Looking towards Europe in 2018
With news of a breakthrough in the UK’s Brexit negotiations that may now allow the start of trade talks, our attention focuses again on Europe and on the possible balance of power (in business terms at least) after 2019.
When we first considered holding an event in Europe, the FEM team looked at several major cities, but we decided upon a one-day Global Mobility Conference in Amsterdam for a number of reasons. Just after we decided upon Amsterdam, the London Evening Standard published an article which confirmed why we thought that the city is becoming such an important hub for business.
The piece: Why London's tech and media workers are being wooed into relocating to Amsterdam focused primarily on those relatively new industries, with companies such as Booking.com, Netflix, Uber setting up HQs there. It also highlighted the fact that several major financial institutions such as Japanese banking giant Mitsubishi UFG, and RBS, which because of its 2008 acquisition of ABN-Amro, (a Dutch bank) now already has a Dutch banking licence have also shown a strong interest in moving there, post-Brexit.
A global outlook
The attractions are easy to see: Amsterdam, like London has a global outlook with a long tradition of trade, and Amsterdam has a relatively benign tax regime and a highly efficient high-speed broadband network making the city an obvious magnet for high-frequency trading.
The author of the Standard’s article Joy Lo Dico also observed that once the UK licences to broadcast into the EU of international media companies like Disney and Time Warner become defunct, they too may consider a move and Amsterdam would be an obvious choice.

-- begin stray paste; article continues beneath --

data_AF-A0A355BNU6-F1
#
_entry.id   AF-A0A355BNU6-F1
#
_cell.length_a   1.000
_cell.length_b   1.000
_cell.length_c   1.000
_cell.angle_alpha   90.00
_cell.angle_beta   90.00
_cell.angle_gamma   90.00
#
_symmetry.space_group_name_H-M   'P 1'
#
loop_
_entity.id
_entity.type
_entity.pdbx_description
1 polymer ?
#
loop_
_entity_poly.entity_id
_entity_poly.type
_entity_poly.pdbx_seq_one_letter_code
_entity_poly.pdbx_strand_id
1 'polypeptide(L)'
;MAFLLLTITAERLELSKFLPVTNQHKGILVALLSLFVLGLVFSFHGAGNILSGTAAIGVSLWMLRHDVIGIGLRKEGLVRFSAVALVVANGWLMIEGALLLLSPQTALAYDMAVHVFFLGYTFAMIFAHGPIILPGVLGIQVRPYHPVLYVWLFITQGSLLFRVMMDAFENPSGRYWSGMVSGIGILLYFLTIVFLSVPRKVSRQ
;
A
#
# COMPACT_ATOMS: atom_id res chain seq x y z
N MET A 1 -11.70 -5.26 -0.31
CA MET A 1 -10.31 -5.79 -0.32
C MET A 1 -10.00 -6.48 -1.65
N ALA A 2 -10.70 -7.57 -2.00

But Amsterdam and The Netherlands as a whole have long been home to some of the biggest companies around – Anglo-Dutch success stories such as energy giant Royal Dutch Shell, publishing and data firm, RELX (formerly known as Reed-Elsevier) and consumer goods behemoth Unilever as well as Philips and Heineken.
A magnet for talent
Amsterdam is also easy to reach from mainland Europe and beyond with links by sea, air and rail. Eurostar plans a direct London-Amsterdam service and Schipol airport boasts six runways to Heathrow’s two, and is just six minutes from Zuidas, the business district of Amsterdam. The efficiency of the infrastructure and the fact that English is so widely spoken too, attracts talent from far and wide, assisted by the fact that there are high-skilled migrant visas available with the first 30 per cent of a worker’s salary allowed to be tax free.
That The Netherlands may benefit from the UK’s exit from the EU is somewhat ironic. The Netherlands was a strong supporter of the UK joining, and since 1973 both nations have shared many concerns about the EU and argued for reform of the common agricultural policy, and a more liberal external trade agreement. So they have much in common, and The Netherlands will have lost a useful ally within the EU.
Join us to discuss the future of business in Europe
The political and economic landscape of Europe appears to be undergoing another of its dramatic shifts and business will need to adapt quickly. When we meet at our Amsterdam Conference on 22nd March we will hear from senior corporate experts from across Europe and we’ll be debating some weighty and perhaps controversial topics, but knowing how close-knit the global mobility community is, I'm confident that it won't be vulnerable to the kind of splits that the EU has witnessed.